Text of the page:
With NASA STRONG don't you only get stronger in the range of motion you train in?
Don't you need to move through a full range of motion?
Your muscles have an origin and insertion point between bones. Muscle cells run the entire length of the muscle. The muscle either contracts or it doesn't. The fact that movement is prevented or allowed is irrelevant. There is no adaptation to becoming stronger in only one joint angle and weaker in all the others.
Isometric contractions expose you to the highest loads possible in seconds. Moving through a full range of motion doesn't allow you to even come close to that kind of loading. Just look at a force vs. joint angle curve. Maximum neuromuscular engagement is best in your most efficient joint angles (which is what you do in Nasa Strong). Moving through a full range of motion is inefficient and places unnecessary stress on your joints.
How is it possible that one 10 minutes workout a week can produce optimal results?
A NASA STRONG program will improve your strength and your endurance, rebuild your bones and muscles, restore your vitality, and postpone the aging process more safely and effectively than any other form of exercise, in ten minutes a week. It sounds impossible, but it is absolutely true.
While the workout itself is responsible for stimulating changes in your body; it is actually your body itself that produces those changes. It is therefore crucial that you allow time for recovery between workouts, in order to continually improve. Due to the high-intensity nature of NASA STRONG an average of 7 days is necessary between workouts, in order to reach and maintain optimal results.
Can everyone participate in a NASA training program regardless of age and condition?
NASA STRONG is for everyone. It is a safe and very effective method of training suitable for everyone, from the top athlete to the person who can hardly walk due to weak muscles, and for everyone in between. For practical reasons there is a minimum age of 14 in order to be a member of NASA STRONG.
Will NASA STRONG improve my heart and lung endurance?
When people first hear that aerobics doesn't really strengthen the heart and lungs – when they hear that it only makes their muscles a little stronger and that it just seems like their hearts and lungs work better – and when they are told that 10 minutes a week doing a NASA STRONG workout will give them as much endurance as three hours of jogging, they hardly believe it!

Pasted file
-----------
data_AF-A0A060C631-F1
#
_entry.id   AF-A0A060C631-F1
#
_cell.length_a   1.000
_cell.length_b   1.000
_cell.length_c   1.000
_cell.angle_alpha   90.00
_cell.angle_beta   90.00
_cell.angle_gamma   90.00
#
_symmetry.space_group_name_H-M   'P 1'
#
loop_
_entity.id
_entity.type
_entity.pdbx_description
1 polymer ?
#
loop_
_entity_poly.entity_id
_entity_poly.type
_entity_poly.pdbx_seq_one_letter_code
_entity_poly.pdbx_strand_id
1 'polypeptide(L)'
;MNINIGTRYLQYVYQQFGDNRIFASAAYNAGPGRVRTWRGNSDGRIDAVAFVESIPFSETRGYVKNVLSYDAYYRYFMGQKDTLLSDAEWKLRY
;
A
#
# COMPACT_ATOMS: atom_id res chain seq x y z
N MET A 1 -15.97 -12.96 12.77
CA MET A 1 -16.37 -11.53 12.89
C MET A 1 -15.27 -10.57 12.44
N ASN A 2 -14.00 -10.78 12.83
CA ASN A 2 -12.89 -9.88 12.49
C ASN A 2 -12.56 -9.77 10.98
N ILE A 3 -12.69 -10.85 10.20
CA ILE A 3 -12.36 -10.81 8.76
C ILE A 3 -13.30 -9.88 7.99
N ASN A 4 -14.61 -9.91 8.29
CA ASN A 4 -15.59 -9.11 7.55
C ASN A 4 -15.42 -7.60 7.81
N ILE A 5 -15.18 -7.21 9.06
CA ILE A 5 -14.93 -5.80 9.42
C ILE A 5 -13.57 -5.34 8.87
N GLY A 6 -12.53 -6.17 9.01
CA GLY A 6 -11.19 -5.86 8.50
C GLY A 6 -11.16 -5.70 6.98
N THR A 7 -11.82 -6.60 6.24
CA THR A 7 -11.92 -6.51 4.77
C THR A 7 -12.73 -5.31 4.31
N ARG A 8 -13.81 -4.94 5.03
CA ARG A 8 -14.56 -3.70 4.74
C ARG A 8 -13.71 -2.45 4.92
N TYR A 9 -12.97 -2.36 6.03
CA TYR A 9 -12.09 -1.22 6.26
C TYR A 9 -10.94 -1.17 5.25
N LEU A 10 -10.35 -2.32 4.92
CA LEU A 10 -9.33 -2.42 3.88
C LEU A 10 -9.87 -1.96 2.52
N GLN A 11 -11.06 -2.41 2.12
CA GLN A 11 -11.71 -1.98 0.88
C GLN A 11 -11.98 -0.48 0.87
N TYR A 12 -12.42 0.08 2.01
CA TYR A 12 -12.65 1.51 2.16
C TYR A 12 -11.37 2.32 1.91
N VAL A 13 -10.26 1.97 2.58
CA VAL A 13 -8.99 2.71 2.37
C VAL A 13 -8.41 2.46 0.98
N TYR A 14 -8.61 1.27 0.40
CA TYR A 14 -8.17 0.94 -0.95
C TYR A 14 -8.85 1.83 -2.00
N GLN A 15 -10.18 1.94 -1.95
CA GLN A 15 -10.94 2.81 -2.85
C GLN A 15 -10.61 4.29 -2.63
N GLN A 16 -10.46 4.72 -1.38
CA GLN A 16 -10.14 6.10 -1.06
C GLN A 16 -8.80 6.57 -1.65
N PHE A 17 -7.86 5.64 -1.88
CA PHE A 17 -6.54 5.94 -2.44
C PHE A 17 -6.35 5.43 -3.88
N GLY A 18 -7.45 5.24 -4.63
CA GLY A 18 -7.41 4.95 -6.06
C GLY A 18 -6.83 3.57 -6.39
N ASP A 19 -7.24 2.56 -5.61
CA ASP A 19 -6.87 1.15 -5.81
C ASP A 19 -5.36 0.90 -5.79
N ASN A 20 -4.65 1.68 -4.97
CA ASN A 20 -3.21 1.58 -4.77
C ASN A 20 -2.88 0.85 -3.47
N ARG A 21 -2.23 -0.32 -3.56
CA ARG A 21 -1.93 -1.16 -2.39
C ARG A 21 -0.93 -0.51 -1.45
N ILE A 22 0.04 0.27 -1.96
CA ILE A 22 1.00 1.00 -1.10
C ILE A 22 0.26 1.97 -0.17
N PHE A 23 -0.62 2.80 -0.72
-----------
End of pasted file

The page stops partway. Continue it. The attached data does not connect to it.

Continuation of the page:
However, this unlikely claim is true! The NASA STRONG workout will give you greater cardiopulmonary fitness and endurance than running. The endurance you get from running along for miles every week comes not from any cardiovascular conditioning but from the strength that such a routine ultimately develops, as well as from the sport-specific training effects that occur.
The heart and lungs don’t get much stronger, if at all. The muscles in general, and the legs and hips in particular, become stronger, and this increased muscular strength brings about the changes we call ”getting in shape”.
Running and other forms of “aerobic” exercise strengthen the muscles. Stronger muscles working more efficiently to draw oxygen from the blood reduce the demand on the heart and lungs, which gives the impression of improved cardiovascular or cardiopulmonary fitness.
You have the heart and lungs that you were born with. Each of these organs has a limited performance capacity, and as long as you are working within that capacity, they seem to work just fine. When you exceed that capacity, however, the perception is that your heart and /or lungs are out of shape. As you age and lose muscle mass, activities you used to do with ease when you were stronger now become difficult, you pant and puff and your heart pounds when you try to do them. But that isn't because your heart and lungs have gotten weaker – your muscles have, and as a result, their inefficiency makes you exceed the comfort level and capacity of your cardiopulmonary system. You don't need to strengthen your heart and lungs; in fact, you can't. You need to strengthen your muscles so that they can once again function easily within the capacity of your heart and lungs.
What about flexibility and stretching?
Flexibility as is also the case with just about everything else concerning our bodies, is genetics, to a great extent. The performers you see who are hyperflexible, who can bend over backwards, stick their heads between their legs, and do other seemingly impossible feats were born that way. You could practice for the next twenty years and never achieve that kind of flexibility, nor would you want to. Your ligaments would stretch, your joints would become loose, and you would be prone to dislocations etc.
Muscle strength actually enhances flexibility . A trained muscle is not only stronger, it is also more supple, has improved circulation, is better hydrated and can exert much greater force across the joint of motion. Strong muscles moving the joint through its full range of motion while maintaining the integrity of the ligaments produce optimal, stable flexibility.
Unfortunately, most people believe that the best way to improve flexibility is to stretch the joint. What they are gaining, in fact, is loose, unstable joints.
Medical evidence shows that all the components of the joint improve with proper strength training. The increased ligament and tendon strength, coupled with the tremendous increase in muscular strength and elasticity resulting from NASA STRONG training, gives joints enhanced flexibility as well as a dramatically decreased risk of injury. A stretching regimen, on the other hand, does just the opposite — it increases joint flexibility at the price of increased risk of dislocation.
So if you want to increase your flexibility forget about stretching, Yoga, Pilates, and all the rest. Do NASA STRONG for 10 minutes a week instead and make your joints be the best they can be.
Will the training also strengthen the bones?
Bones are designed to bear weight, to do work. When they are stressed, they adapt, grow and become strong, when they are not asked to do their load-bearing job, they quickly become thin, weak and frail. Disuse is deadly to a healthy bone.
Weak bones is an epidemic in many parts of the world, resulting in injuries and crippling conditions for millions.
Without reservation we can say that a properly performed NASA STRONG workout brings about bigger and better sustained bone-density gains in men and women of all ages — even those in their eighties and nineties — than any other form of exercise. Whether for you such improvement translates into better athletic performance, less risk of osteoporosis later in life, rebuilding bones already weakened and thin, or better endurance in everything from recreational sports to climbing stairs or lifting your groceries, a once a week NASA STRONG session is the key to healthier bones.